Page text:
ANTINOUS weeps for a prominent activist and Mexico's first openly non-binary judge, whose murder has led to an outpouring of grief from the country's LGBTQ+ community.
Jesús Ociel Baena, 39, was found at home "slain with a razor blade", reported Reuters. A person identified by local media as Baena's partner Dorian Nieves Herrera was also found dead.
Candlelit vigils and demonstrations have taken place in several cities, where "many shed tears and speakers lashed out at the insults and acts of violence that remain a common occurrence for many gay, transgender and non-binary Mexicans".
The authorities said that Herrera, 37, appeared to have killed Baena before taking his own life. But LGBTQ+ leaders in the country are questioning whether such a swift assessment fits what they say is a pattern by authorities of effectively dismissing grisly killings involving LGBTQ people as crimes of passion.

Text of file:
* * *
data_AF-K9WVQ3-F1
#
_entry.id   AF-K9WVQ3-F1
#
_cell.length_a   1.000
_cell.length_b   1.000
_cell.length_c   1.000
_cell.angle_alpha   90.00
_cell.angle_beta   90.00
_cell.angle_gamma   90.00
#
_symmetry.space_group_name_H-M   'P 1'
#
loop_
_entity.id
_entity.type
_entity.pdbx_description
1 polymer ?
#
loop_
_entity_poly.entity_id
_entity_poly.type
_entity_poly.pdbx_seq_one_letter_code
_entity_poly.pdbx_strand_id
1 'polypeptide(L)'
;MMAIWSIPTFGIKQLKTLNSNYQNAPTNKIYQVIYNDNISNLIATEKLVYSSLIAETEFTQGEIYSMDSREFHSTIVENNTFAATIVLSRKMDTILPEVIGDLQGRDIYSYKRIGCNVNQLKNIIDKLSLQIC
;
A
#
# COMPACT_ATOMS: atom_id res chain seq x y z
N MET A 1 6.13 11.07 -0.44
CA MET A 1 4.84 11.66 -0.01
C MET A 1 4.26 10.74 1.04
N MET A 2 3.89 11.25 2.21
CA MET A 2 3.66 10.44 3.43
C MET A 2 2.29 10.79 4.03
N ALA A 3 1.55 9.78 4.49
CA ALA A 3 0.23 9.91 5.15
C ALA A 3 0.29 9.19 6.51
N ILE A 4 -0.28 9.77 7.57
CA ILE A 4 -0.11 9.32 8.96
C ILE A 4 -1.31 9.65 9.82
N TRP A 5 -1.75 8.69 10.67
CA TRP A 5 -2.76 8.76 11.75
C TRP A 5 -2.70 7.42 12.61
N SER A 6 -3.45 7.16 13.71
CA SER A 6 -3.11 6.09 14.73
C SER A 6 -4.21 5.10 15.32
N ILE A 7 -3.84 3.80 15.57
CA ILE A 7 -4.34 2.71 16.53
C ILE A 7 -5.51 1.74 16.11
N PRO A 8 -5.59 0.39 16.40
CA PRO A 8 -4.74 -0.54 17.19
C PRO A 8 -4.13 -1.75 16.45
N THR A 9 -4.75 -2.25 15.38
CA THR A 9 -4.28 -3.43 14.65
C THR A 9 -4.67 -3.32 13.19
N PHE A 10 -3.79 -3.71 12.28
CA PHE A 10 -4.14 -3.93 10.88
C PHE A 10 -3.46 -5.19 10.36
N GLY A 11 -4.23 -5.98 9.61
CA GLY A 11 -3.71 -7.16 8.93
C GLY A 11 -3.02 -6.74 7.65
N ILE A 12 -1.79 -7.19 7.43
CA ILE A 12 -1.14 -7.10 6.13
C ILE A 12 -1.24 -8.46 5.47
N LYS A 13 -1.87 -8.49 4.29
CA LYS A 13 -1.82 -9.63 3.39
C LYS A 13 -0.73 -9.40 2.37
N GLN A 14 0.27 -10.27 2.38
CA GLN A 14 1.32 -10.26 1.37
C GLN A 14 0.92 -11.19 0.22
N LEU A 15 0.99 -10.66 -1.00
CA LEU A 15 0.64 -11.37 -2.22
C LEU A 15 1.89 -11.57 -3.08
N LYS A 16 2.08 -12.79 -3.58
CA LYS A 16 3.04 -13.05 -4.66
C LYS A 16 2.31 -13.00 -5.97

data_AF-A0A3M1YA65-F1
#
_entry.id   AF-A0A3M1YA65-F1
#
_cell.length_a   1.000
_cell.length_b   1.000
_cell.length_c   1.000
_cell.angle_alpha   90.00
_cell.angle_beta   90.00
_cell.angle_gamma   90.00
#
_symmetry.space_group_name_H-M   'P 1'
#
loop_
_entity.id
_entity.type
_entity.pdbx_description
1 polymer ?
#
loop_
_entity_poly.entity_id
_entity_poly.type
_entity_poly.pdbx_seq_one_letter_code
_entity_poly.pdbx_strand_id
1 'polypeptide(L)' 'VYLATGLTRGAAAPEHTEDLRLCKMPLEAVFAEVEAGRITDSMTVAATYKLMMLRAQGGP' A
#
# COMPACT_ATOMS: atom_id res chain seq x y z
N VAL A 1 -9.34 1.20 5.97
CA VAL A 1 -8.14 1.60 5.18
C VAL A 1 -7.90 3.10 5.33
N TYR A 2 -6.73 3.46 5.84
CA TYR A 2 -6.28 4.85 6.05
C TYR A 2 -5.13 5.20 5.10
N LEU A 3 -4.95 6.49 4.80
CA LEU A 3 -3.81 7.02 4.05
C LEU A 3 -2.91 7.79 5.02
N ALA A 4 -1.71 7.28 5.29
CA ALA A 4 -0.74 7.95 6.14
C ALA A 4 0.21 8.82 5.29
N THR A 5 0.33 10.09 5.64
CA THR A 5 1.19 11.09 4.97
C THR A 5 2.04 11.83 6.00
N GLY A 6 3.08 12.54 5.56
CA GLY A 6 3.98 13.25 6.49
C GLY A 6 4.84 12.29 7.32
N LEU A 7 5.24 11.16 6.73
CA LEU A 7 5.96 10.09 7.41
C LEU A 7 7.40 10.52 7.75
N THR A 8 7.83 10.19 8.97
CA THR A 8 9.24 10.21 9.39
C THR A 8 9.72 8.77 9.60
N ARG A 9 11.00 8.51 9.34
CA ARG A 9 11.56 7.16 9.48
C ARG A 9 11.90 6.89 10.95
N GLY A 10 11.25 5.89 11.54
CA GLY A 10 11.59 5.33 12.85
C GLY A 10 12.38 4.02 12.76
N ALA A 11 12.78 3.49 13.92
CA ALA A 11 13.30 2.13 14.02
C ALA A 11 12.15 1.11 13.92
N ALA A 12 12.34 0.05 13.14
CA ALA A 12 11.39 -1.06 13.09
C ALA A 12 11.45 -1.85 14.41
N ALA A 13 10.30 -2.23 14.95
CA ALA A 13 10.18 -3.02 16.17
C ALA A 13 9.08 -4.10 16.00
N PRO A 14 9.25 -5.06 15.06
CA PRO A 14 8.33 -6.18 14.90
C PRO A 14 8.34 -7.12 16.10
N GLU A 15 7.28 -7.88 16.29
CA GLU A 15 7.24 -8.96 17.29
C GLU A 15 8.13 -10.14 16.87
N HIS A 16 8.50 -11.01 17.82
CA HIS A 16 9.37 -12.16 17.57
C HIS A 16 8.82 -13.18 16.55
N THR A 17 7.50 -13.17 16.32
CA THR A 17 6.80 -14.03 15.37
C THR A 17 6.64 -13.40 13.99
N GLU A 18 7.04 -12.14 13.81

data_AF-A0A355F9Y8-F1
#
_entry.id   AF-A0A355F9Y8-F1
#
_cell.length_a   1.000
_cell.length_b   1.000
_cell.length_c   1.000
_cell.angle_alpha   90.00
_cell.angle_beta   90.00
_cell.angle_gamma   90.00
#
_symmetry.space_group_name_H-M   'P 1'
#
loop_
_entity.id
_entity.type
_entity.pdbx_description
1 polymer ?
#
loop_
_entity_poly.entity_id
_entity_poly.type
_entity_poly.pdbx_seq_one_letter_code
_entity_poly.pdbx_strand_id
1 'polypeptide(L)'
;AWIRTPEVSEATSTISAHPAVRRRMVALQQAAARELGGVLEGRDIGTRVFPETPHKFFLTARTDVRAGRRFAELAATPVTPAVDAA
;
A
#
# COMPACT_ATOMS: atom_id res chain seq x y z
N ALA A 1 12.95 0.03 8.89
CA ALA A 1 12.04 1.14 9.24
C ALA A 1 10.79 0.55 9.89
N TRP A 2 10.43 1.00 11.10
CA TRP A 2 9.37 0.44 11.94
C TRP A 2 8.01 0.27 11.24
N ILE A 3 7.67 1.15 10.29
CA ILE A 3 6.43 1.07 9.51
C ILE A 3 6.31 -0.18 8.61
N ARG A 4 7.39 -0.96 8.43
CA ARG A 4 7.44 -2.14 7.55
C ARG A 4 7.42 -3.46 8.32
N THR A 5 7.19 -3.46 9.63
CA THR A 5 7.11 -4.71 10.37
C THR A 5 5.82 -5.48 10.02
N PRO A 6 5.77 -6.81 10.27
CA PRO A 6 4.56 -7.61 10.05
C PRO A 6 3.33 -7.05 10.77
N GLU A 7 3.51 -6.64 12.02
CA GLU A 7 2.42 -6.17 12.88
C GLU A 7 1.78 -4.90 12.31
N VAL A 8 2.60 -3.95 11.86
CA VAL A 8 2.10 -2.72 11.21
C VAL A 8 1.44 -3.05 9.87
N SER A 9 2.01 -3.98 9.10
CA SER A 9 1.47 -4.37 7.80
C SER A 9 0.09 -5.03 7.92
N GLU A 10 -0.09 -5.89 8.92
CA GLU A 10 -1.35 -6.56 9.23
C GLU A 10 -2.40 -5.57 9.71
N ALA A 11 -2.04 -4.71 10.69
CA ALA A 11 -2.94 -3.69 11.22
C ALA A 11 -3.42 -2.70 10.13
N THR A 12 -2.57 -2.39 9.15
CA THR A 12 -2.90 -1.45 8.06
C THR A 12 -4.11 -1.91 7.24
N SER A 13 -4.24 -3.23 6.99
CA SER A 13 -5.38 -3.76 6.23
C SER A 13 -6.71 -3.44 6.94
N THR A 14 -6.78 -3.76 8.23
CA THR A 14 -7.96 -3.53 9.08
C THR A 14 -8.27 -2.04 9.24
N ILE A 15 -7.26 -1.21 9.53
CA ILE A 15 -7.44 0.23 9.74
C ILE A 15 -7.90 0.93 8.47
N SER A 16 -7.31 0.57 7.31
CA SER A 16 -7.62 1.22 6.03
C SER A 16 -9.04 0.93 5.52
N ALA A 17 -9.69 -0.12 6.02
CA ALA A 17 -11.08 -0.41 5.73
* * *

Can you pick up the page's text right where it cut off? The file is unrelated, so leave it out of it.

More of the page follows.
Baena, a pioneering nonbinary figure, made history in 2022 when they became the first openly non-binary member of the Mexican judiciary. Their appointment was a breakthrough moment for LGBTQ individuals in the country.
Baena became one of the first Mexicans to receive a non-binary passport, and the first in their home state of Coahuila to be described as non-binary on their birth certificate. "Deal with it!" they posted on Twitter.
Just weeks before their death, they succeeded in being officially referred to as the gender-neutral "le magistrade" for magistrate, rather than "el magistrado" or "la magistrada".
Baena would regularly publish photos and videos of themselves in skirts, heels and toting a rainbow fan in court offices. They said they had regularly received death threats.